Can you survive?
As we go about your life, there are many in government circles who want to makes this nation a Socialist Slave Camp; most likely under Sharia Law... Can you survive?
Date: 11/14/2011 7:24:02 PM ( 3 y ) ... viewed 869 times
Is a survival compound your best bet?
If all the chatter on survival forums and in survival blogs is true, a compound of like-minded survivalists and/or preppers is the best way to prepare for the future. This opinion was voiced by a friend of ours last night, and I've been thinking about it.
The truth is, there are several drawbacks to the classic survival compound.
1. I can't think of a more effective way of placing a big bullseye on an individual or family than to be a part of an easily identifiable compound. Just as everyone in Waco, Texas knew who the Branch Davidians were, it won't take long before the folks in town know about you and your fellow survivalists.
2. The feds have infiltrated militia groups, and there's no reason to think they won't infiltrate survival and prepper groups. After all, we seem to be on their "enemies list".
3. Ever heard of the saying, "Familiarity breeds contempt"? When people live too close to each other and are too dependent on each other, conflict is inevitable. After all, a lot of people have a love/hate relationship with their own family members and everyone in the compound will be well-armed!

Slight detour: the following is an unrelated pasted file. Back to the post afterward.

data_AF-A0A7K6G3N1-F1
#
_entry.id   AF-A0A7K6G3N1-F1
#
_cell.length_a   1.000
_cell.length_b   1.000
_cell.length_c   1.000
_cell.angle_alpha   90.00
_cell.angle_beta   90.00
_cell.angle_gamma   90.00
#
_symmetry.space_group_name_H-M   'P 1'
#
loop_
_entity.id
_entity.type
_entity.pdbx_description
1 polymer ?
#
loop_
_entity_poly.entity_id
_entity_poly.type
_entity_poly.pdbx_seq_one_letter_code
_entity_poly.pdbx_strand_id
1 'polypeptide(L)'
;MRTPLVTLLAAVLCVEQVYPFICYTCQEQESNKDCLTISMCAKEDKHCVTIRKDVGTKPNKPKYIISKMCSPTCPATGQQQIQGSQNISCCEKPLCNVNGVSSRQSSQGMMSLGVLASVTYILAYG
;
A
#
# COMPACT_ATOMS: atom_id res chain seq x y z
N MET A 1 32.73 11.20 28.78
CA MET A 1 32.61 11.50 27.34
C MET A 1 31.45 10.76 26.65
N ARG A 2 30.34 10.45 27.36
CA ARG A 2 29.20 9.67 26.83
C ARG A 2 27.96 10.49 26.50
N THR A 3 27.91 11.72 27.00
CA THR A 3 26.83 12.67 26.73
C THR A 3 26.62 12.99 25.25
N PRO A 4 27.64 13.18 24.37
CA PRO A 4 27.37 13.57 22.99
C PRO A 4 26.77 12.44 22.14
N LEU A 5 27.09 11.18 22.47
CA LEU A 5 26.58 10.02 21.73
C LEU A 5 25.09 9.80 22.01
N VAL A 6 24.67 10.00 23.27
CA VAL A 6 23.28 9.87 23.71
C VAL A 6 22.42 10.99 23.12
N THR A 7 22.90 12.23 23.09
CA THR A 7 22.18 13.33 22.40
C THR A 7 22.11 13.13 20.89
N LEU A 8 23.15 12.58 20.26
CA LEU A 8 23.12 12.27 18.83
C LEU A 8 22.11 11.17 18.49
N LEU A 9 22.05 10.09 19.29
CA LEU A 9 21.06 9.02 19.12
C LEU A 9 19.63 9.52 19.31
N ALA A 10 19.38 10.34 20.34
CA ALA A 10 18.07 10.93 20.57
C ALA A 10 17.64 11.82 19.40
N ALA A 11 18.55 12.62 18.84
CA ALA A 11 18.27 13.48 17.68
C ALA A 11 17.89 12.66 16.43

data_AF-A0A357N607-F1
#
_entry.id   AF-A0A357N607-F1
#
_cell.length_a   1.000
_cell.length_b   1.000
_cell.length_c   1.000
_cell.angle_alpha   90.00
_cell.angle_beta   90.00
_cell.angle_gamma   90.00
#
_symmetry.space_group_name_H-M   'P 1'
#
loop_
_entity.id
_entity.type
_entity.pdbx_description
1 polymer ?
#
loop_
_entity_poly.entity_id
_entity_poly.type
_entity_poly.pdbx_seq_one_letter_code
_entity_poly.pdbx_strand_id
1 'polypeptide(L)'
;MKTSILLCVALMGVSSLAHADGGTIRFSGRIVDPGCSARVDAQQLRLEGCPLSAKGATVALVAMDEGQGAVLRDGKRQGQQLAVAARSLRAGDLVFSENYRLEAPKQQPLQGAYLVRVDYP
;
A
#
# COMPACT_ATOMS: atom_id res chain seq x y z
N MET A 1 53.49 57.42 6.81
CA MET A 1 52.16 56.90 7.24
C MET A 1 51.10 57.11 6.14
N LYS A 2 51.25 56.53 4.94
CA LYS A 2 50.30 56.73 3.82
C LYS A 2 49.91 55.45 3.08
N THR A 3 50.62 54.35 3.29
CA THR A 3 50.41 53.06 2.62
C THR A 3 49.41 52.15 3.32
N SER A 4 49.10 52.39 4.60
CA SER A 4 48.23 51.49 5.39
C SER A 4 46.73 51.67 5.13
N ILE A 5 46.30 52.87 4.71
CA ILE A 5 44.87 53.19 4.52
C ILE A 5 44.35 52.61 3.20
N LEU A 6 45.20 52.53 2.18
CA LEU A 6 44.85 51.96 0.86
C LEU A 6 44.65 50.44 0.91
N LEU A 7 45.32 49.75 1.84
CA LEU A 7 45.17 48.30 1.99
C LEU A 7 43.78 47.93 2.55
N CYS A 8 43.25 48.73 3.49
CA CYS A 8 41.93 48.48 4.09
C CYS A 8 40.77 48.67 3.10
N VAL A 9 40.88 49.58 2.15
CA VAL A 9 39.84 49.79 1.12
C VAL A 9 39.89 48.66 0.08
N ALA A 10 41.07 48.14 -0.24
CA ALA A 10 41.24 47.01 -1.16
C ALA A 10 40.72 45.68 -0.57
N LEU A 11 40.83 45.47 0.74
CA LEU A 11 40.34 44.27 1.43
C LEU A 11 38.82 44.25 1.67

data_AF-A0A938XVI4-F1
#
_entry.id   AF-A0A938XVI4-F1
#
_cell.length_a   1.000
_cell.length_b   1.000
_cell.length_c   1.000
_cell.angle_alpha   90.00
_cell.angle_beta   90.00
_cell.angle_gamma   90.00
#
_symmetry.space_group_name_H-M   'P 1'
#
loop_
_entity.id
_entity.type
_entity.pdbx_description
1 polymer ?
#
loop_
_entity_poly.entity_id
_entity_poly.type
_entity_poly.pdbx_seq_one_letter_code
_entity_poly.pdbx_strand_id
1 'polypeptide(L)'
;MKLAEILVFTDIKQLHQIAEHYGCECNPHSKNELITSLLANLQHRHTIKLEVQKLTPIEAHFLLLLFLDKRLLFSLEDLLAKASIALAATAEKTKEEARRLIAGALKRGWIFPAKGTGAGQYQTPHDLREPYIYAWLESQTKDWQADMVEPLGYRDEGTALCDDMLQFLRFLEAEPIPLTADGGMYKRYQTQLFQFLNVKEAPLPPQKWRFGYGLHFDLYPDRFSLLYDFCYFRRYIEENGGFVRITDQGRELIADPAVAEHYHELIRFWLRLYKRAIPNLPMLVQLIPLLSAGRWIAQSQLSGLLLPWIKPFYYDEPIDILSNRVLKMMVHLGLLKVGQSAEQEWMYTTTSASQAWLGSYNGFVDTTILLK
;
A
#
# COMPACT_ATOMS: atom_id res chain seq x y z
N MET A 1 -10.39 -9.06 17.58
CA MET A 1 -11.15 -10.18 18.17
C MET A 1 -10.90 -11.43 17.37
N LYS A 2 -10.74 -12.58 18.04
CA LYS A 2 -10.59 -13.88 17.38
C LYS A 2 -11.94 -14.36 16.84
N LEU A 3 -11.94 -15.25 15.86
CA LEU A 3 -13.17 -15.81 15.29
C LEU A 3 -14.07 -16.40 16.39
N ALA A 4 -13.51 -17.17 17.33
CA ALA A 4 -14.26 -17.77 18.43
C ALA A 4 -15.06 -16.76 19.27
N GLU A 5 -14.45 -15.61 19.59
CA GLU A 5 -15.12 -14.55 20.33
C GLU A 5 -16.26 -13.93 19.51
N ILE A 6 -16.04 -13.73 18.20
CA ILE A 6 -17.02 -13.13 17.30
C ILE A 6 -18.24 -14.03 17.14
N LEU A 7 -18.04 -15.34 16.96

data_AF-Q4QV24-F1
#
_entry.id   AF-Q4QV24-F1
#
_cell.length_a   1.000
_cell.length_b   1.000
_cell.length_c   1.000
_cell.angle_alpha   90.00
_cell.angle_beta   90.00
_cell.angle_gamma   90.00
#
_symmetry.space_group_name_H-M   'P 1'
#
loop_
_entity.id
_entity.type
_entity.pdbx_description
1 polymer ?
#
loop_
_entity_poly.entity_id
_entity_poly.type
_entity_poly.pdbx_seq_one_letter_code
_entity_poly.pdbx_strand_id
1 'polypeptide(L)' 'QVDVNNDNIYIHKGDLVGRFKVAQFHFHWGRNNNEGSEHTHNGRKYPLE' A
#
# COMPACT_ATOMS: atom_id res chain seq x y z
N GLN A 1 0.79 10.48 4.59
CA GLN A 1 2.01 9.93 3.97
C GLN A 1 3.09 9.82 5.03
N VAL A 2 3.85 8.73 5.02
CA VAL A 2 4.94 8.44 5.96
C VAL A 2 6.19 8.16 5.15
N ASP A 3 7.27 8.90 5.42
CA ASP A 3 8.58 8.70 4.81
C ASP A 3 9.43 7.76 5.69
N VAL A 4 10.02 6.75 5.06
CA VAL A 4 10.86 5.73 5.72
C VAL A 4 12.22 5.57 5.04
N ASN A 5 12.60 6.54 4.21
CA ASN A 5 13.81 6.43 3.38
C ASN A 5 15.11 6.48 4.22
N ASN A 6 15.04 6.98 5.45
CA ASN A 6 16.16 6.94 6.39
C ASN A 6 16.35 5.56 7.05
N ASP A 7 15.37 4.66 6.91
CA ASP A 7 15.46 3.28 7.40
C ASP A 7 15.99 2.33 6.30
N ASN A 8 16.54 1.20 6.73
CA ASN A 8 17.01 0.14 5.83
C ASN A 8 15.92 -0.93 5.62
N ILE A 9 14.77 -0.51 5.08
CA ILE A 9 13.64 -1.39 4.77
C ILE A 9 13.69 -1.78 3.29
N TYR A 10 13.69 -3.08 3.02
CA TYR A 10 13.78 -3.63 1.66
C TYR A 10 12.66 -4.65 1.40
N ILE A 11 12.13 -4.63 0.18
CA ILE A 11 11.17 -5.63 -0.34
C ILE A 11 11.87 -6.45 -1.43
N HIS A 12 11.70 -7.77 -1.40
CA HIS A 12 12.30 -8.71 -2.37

4. Survival-types tend to be very strong and independent minded and such people often find it hard to make all the compromises necessary when it comes to co-existing with others in a tight community.
5. No matter how many commonalities you may have with other group members, schisms between individuals and groups will appear. Even if everyone in your compound was of the same race, religion, and political party, there will still be differences of opinion that may become quite heated over time.
6. George Orwell said it best, "All animals are equal, but some animals are more equal than others." Going in, it may seem as if everyone in the compound is on equal footing, but how long will that last? How will goods, services, and skills be shared and distributed? Some families will have more financial resources than others. Will they be expected to share?
Is there a better solution? Survivalist writer Bruce Clayton recommends moving to a village where a support system is already in place, rather than creating one from scratch. Meet-up groups are one way of getting in touch with others who are like-minded, because even in the largest of cities, there are many, many survival-minded people out there.
I've been talking about assessing the survivability of your own home and neighborhood on my Radio Hour. You can listen to this on Shows #16 and #17 here.
As always, hope for the best but be prepared for the worst.
Lisa Bedford, The Survival Mom
7554 W. Thunderbird Rd.
Suite 1, Box 188
Peoria, Arizona, 85381 USA
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